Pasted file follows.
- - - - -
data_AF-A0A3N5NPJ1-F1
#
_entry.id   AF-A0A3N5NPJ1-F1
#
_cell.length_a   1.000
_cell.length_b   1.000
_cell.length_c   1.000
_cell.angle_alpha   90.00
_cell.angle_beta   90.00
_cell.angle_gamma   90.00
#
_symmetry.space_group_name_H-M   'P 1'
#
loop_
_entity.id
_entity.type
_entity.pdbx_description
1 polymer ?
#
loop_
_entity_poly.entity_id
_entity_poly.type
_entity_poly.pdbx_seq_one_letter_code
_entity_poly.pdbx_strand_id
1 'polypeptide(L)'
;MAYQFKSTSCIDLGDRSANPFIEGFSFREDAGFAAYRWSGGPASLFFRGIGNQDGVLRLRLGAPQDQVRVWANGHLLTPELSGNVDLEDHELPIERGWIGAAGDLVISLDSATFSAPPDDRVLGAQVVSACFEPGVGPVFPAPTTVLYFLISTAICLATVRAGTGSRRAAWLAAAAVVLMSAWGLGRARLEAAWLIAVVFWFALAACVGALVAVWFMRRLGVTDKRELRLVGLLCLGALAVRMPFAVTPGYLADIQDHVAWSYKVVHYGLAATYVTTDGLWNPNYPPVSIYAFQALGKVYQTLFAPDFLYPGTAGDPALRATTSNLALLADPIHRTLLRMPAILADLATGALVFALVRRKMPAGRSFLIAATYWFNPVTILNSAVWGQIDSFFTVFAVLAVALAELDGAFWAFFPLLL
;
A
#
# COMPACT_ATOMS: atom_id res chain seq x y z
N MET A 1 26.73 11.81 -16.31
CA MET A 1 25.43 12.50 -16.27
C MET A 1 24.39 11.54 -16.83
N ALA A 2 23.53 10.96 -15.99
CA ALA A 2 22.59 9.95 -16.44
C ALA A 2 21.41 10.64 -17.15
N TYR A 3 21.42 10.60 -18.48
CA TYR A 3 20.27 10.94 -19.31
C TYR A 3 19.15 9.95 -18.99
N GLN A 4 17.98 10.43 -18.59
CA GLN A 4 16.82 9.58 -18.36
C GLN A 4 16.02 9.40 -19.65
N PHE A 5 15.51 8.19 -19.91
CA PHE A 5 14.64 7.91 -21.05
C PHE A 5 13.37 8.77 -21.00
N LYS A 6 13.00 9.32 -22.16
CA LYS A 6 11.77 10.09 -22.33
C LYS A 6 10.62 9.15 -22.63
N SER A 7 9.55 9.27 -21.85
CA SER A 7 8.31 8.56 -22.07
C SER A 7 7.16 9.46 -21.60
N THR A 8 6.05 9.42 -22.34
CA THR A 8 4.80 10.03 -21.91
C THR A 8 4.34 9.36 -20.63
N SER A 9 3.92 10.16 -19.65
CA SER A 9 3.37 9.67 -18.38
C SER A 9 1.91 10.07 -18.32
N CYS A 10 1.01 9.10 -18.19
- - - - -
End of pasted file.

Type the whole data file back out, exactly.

data_AF-A0A3N5NPJ1-F1
#
_entry.id   AF-A0A3N5NPJ1-F1
#
_cell.length_a   1.000
_cell.length_b   1.000
_cell.length_c   1.000
_cell.angle_alpha   90.00
_cell.angle_beta   90.00
_cell.angle_gamma   90.00
#
_symmetry.space_group_name_H-M   'P 1'
#
loop_
_entity.id
_entity.type
_entity.pdbx_description
1 polymer ?
#
loop_
_entity_poly.entity_id
_entity_poly.type
_entity_poly.pdbx_seq_one_letter_code
_entity_poly.pdbx_strand_id
1 'polypeptide(L)'
;MAYQFKSTSCIDLGDRSANPFIEGFSFREDAGFAAYRWSGGPASLFFRGIGNQDGVLRLRLGAPQDQVRVWANGHLLTPELSGNVDLEDHELPIERGWIGAAGDLVISLDSATFSAPPDDRVLGAQVVSACFEPGVGPVFPAPTTVLYFLISTAICLATVRAGTGSRRAAWLAAAAVVLMSAWGLGRARLEAAWLIAVVFWFALAACVGALVAVWFMRRLGVTDKRELRLVGLLCLGALAVRMPFAVTPGYLADIQDHVAWSYKVVHYGLAATYVTTDGLWNPNYPPVSIYAFQALGKVYQTLFAPDFLYPGTAGDPALRATTSNLALLADPIHRTLLRMPAILADLATGALVFALVRRKMPAGRSFLIAATYWFNPVTILNSAVWGQIDSFFTVFAVLAVALAELDGAFWAFFPLLL
;
A
#
# COMPACT_ATOMS: atom_id res chain seq x y z
N MET A 1 26.73 11.81 -16.31
CA MET A 1 25.43 12.50 -16.27
C MET A 1 24.39 11.54 -16.83
N ALA A 2 23.53 10.96 -15.99
CA ALA A 2 22.59 9.95 -16.44
C ALA A 2 21.41 10.64 -17.15
N TYR A 3 21.42 10.60 -18.48
CA TYR A 3 20.27 10.94 -19.31
C TYR A 3 19.15 9.95 -18.99
N GLN A 4 17.98 10.43 -18.59
CA GLN A 4 16.82 9.58 -18.36
C GLN A 4 16.02 9.40 -19.65
N PHE A 5 15.51 8.19 -19.91
CA PHE A 5 14.64 7.91 -21.05
C PHE A 5 13.37 8.77 -21.00
N LYS A 6 13.00 9.32 -22.16
CA LYS A 6 11.77 10.09 -22.33
C LYS A 6 10.62 9.15 -22.63
N SER A 7 9.55 9.27 -21.85
CA SER A 7 8.31 8.56 -22.07
C SER A 7 7.16 9.46 -21.60
N THR A 8 6.05 9.42 -22.34
CA THR A 8 4.80 10.03 -21.91
C THR A 8 4.34 9.36 -20.63
N SER A 9 3.92 10.16 -19.65
CA SER A 9 3.37 9.67 -18.38
C SER A 9 1.91 10.07 -18.32
N CYS A 10 1.01 9.10 -18.19